Tuesday, 28 September 2010

Halcyon Hauxley

Saturday dawns as a fantastic autumnal morning, crisp and clear, with an inviting forecast. Perfect for a bit of birding.

Leaving the choice of site to others can sometimes be a dangerous thing but this time Toms choice of Hauxley feels right - not too far and we always feel guaranteed to see something worthwhile. We haven't been up there as a family since the fire so I am also curious to see the reactions to the new facilities as well.

Checking out the sightings board in the new and temporary visitor centre, now open, there is a decent list but nothing outstanding. This board has been enhanced by some great sketches by John Steele, worth a look if you're up there. We decided to head down to Erics Hide because of the position of the sun and the wind (its pretty cold today but also very sunny).

Despite the lateness of the year, there are still plenty of wildflowers in bloom, including devil's bit scabious looking majestic. The haws and hips are weighing down the branches, yet to be discovered by winter thrushes, whilst sloes, black just a few days ago are now turning dusky purple following the first of the frosts. Sunning itself on a hawthorn bush, a drowsy speckled wood butterfly languidly took to the air once brushed by the shadow of my camera, joined by another further on along the pathway. Recently common in the area, this was still a surprise view given the relative lateness in the year.

Equally late, the reserve was alive with swallows, urgently stocking up for their impending overseas sojourn, their in-flight menu presumably mainly tipulids, which appear to be commonplace today. Swooping and darting across the sky, these birds appeared to consist mainly of juvenile birds, their urgent feasting suggesting imminent departure. Although young, their mastery of the air was wonderful to watch. Alongside the few perched precariously on the fence-line, a solitary wheatear sits tucked in the sun, its buffs and browns in sharp contrast to the dark scrub. Obvious to me, it took an age to alert my companions to its location.

Amongst the wind blown spume and stranded seaweed, redshank and dunlin feast while mallards and teal sit out the wind, unsure to stick or twist. The nearby fields are full of curlew, hidden from view until disturbed but settling again, just out of sight apart from one individual which continues to probe the mist soil. Alongside is a single godwit, probably bar-tailed, probing the depths, showing clearly the differences in size, shape and colour as well as bill shape.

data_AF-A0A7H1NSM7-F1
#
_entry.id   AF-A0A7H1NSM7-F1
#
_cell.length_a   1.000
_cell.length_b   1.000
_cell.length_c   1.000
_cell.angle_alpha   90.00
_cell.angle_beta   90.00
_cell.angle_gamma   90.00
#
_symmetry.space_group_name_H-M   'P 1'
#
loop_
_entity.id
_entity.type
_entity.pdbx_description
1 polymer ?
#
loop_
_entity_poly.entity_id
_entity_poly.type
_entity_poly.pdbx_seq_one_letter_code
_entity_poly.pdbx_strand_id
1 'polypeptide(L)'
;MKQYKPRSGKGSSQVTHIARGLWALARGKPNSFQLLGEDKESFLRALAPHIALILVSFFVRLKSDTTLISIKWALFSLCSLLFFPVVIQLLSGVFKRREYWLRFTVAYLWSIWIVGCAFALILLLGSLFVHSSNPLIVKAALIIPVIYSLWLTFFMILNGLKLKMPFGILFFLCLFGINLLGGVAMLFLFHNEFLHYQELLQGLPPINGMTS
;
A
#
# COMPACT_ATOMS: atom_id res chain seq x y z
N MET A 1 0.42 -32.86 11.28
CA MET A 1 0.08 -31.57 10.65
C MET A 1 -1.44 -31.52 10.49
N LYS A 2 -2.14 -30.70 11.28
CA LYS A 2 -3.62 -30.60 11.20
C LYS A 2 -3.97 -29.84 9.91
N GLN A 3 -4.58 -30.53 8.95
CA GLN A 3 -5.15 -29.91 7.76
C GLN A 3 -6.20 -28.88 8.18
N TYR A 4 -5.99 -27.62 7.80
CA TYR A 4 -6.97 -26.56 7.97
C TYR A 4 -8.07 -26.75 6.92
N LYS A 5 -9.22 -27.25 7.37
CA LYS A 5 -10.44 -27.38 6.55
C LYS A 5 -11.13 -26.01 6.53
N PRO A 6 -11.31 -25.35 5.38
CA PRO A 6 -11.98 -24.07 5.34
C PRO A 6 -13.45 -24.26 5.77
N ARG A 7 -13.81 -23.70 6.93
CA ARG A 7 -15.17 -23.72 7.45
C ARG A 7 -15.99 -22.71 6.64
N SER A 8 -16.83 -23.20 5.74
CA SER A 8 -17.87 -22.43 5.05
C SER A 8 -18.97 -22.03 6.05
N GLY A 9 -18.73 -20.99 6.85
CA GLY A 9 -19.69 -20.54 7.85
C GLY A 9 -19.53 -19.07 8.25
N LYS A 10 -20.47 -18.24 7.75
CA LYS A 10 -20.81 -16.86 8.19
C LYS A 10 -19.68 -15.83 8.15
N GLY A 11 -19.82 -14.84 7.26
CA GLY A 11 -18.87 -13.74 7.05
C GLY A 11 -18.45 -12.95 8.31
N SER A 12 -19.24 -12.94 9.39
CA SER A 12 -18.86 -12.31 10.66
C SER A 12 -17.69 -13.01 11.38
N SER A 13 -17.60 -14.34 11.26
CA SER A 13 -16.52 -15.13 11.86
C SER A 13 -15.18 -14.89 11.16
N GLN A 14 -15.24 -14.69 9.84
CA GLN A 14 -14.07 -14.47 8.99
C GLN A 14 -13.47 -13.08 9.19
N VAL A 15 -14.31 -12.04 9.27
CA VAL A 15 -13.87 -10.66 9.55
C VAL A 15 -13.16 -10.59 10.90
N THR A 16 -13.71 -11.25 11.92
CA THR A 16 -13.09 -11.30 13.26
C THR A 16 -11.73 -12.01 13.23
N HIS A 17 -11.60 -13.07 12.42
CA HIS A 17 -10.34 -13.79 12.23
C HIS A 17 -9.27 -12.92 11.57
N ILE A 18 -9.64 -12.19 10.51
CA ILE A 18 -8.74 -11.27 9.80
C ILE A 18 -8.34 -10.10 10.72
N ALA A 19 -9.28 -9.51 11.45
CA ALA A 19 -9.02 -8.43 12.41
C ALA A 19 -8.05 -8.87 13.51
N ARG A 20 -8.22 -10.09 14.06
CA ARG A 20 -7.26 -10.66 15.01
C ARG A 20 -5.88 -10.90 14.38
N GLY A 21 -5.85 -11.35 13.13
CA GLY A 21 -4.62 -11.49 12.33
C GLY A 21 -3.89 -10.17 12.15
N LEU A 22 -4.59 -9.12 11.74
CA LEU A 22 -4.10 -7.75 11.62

A dark blob dips and weaves across the water, low to the surface, a sudden shift catches the full light, a turquoise streak as the kingfisher reveals its true colours before passing from view. Poor Tom, dipping on the wheatear as he positioned the scope, double dips, his disappointment palpable.

Perhaps this explains his unusual haste as we move hides, the cathedral space of the new hide fittingly reverential as we sit in hushed tones, searching the sky for a renewed view of the jewelled vision. Three little grebe bob and weave close by, their feeble airborne sojourns creating laughter and some amusement as I try and recall words from the Mikado: “three little grebes are we.....”

More curlew, dunlin and a group of lapwing are sheltering from the growing breeze, curlew numbers rising during our stay until a good size flock approaching 200 is formed. Three snipe hide at one end of the spit, nervously watching wigeon as they graze the waterline. The gang of geese, constantly fidgety, provide a constant background noise but stick to one side of the site, leaving space for a group of 15 cormorants, one of which is diving so frequently he appears otter-like for a brief moment.

Deciding to head down the coast for a while, we wander down the tree lined path, small flocks of tits and finches occasionally breaking cover to dart into safety once again just ahead.

Kingfisher” - two voices simultaneously trill as an unmistakeable cobalt and copper flash breaks the skyline ahead. Smiles all around prove the value of the day and everyone is happy heading back to the car. Sunshine shines on flower rich banks amongst which goldfinch hang from umbel-heads, a group of over 50 as big as any I have seen for some time. A single tree sparrow joins them from time to time as they wend their way from plant to plant, perpetual motion, a charm in every sense. Tom couldn't wait to add his score to the tally board.

East Chevington and the sky is darkening almost menacing.

A walk through the dunes to the burn mouth for a change, drawn by the glimpse of whitecaps on the sea. Unexpected colours adorn the sand, late blooms from bloody cranesbill, alongside waxcaps and rose galls drawing the eye to a mass of cowslips, proof positive of a hefty crop earlier this year. As we progress, a skein of geese appear from the sea, ragged V's form a breakdance across the sky, these Canada Geese oddly attractive in the air, my least favourite on the ground.